For me, watching this Hamlet was almost like seeing it for the first time--at the very least, hearing the words anew, and seeing images that will stay with me always.

In repertoire with Shaw's Saint Joan, Hamlet is playing through March 9 at the Lynn Redgrave Theater, 45 Bleecker Street.

When you go: If the actors ask you to sit in a certain place, do it.

Friday, October 11, 2013


During the first few minutes of Iyom I had my doubts: wasn't this girl, tossing glitter into the air as she claimed to work her magic, just a little too much? But I was soon won over, not only by the performance of Monique A. Robinson, who plays Zaki at both 12 and 30, but by the entire cast, by the well-crafted language, and by a story that gains in power as it unfolds. Playwright Lou-Lou Igbokwe vividly renders a world that was new to me--that of Nigerian immigrants. Conflicts between their old and new cultures contribute to a universal family drama--one that had me in tears by the end. Iyom is a play of grace, beauty, bitterness, joy--and, yes, magic. It's a play I won't soon forget.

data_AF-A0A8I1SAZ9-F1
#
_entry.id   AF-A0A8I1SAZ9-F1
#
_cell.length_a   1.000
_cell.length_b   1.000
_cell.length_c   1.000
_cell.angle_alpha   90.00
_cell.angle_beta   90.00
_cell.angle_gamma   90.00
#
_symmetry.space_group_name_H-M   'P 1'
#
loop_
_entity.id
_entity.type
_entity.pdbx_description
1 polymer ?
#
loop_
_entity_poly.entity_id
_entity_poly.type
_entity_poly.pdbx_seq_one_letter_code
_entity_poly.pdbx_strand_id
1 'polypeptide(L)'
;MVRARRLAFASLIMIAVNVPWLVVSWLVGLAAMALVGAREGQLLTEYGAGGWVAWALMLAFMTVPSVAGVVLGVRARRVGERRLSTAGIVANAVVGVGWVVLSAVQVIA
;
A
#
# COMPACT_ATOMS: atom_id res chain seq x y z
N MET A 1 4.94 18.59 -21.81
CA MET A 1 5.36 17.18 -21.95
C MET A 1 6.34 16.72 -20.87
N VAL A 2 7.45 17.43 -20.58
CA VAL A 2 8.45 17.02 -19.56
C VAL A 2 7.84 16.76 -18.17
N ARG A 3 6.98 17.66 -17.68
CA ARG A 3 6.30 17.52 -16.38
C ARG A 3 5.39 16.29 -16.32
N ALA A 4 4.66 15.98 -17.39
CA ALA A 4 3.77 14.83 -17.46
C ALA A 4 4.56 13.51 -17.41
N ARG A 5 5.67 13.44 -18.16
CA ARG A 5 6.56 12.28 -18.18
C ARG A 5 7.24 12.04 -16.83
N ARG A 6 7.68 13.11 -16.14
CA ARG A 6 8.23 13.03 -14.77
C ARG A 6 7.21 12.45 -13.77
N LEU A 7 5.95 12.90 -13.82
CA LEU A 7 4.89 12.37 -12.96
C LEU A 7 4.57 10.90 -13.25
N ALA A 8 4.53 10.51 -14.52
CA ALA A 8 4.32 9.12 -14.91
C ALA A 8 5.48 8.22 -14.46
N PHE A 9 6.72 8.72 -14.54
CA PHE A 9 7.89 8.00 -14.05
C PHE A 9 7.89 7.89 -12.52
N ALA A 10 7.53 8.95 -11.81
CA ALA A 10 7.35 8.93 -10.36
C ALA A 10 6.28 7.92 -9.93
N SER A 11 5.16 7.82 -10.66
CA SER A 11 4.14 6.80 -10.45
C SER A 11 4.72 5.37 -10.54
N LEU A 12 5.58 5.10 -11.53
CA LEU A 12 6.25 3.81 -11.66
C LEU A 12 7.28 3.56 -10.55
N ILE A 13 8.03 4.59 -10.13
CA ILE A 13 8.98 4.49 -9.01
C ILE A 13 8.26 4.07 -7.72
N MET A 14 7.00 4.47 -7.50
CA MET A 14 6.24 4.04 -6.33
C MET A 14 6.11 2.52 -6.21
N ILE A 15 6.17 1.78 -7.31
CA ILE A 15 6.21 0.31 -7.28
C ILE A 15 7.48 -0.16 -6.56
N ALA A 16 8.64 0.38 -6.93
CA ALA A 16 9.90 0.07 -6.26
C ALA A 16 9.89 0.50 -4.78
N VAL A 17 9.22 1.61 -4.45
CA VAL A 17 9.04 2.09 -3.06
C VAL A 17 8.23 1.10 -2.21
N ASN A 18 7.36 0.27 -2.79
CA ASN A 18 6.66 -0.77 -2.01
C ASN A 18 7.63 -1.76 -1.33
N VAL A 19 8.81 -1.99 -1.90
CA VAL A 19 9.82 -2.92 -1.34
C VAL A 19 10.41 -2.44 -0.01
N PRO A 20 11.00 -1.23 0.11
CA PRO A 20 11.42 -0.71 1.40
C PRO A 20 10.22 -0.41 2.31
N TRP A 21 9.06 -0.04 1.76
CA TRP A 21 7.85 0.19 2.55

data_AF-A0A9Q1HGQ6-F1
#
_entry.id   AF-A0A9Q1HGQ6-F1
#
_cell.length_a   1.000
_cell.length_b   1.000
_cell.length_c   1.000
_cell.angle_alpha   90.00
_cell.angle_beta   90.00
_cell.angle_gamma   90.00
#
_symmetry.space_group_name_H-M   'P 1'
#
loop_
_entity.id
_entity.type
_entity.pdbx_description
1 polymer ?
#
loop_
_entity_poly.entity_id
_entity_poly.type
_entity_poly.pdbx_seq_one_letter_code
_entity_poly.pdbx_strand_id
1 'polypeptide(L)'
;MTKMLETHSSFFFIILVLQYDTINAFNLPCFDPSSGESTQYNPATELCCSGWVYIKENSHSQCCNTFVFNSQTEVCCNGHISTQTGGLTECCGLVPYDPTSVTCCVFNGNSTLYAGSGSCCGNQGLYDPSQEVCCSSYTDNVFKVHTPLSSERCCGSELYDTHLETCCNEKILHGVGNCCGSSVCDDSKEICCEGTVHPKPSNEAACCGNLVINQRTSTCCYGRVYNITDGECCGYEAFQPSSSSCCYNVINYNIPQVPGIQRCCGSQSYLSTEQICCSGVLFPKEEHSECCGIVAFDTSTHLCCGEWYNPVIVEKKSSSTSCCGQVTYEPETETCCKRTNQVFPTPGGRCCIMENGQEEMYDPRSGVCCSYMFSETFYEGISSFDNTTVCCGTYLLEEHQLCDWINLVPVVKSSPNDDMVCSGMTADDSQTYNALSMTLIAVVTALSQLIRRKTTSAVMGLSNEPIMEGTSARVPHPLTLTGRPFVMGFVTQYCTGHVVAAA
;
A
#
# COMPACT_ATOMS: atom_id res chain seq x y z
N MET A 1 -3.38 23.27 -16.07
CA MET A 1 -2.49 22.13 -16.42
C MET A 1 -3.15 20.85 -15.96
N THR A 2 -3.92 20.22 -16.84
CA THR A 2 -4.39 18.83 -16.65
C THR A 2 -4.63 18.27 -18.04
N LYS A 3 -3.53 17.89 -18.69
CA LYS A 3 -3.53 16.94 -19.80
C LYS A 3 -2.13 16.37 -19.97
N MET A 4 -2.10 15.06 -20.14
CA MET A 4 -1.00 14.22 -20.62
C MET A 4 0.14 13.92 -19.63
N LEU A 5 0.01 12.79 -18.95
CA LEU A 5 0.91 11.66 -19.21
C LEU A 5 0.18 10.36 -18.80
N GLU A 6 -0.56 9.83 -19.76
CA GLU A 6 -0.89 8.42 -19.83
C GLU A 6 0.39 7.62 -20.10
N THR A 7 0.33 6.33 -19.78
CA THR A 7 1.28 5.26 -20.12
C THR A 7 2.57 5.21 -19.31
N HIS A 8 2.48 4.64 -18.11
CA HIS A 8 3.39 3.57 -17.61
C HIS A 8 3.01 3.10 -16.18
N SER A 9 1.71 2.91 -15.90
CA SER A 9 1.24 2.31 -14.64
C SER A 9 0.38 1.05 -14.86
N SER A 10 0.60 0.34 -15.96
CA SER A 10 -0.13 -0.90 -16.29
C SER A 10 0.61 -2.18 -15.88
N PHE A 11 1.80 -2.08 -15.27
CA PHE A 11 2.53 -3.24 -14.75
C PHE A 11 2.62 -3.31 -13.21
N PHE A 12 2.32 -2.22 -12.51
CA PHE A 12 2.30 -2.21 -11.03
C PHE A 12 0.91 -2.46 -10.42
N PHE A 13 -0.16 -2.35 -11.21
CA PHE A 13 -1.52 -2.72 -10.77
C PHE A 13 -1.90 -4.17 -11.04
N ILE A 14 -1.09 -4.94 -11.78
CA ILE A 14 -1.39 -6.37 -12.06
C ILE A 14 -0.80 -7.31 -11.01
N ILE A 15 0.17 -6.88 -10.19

This weekend is your last chance to see this extraordinary play in its current production at the Workshop Theater. I hope there'll be another before long.

Wednesday, June 5, 2013

Marchellus Shale: The Talking Band's latest

Of all the theater companies whose work I've seen in New York over the years, none has meant more to me than The Talking Band. I try to catch all their shows, but given the short runs--typically three weeks or less, once or twice a year--I sometimes miss one. Among my favorites: Delicious Rivers, Flip Side, The Walk Across America for Mother Earth, Hot Lunch Apostles. Not everything they do is equally brilliant, but their work is unfailingly intelligent and even their weakest shows leave you with much to think about and moments to remember.

Their latest, Marcellus Shale, written and directed by Paul Zimet with music and sound design by Ellen Maddow, is, to my mind, one of their most powerful, and it deals with an issue some members of the company face, living as they do in areas threatened by fracking. It's set in a community in which many folks have leased their lands to gas companies and have been living with the consequences. Through the windows of their houses, we see those lands, thanks to some extraordinary video design by Anna Kiraly, and the ghostly figures that walk across them--as the characters struggle to find a way out--haunt my imagination.

You have to have till Sunday, June 9, to see this amazing show at La Mama.